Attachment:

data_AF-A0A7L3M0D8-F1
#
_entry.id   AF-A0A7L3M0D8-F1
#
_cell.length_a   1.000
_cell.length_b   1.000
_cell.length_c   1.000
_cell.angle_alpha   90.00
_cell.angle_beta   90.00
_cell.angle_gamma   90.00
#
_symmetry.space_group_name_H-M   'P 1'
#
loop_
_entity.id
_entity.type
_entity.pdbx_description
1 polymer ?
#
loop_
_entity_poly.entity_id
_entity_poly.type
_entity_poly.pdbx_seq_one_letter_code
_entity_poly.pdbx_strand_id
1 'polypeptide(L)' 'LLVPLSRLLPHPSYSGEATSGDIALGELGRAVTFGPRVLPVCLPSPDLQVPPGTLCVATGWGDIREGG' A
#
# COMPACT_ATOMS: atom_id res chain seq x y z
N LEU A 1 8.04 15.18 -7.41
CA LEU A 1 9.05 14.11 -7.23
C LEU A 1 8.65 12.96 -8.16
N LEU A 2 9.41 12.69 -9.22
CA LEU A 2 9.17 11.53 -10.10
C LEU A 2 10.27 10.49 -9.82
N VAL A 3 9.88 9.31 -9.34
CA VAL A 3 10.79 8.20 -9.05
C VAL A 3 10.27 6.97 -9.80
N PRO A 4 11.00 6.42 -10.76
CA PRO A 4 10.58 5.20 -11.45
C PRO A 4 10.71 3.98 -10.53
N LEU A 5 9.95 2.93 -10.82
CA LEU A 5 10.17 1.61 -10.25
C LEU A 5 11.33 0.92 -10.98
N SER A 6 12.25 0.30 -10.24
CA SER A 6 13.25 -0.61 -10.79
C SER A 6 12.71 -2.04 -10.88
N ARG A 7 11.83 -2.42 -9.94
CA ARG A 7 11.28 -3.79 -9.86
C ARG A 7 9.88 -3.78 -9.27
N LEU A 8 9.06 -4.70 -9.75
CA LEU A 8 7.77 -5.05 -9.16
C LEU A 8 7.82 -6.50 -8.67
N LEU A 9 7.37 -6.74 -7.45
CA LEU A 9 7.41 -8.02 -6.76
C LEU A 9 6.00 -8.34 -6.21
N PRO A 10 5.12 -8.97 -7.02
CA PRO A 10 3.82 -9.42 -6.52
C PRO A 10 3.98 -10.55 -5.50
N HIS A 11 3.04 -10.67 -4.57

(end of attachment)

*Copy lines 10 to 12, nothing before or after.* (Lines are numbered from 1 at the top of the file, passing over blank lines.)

_cell.angle_gamma   90.00
#
_symmetry.space_group_name_H-M   'P 1'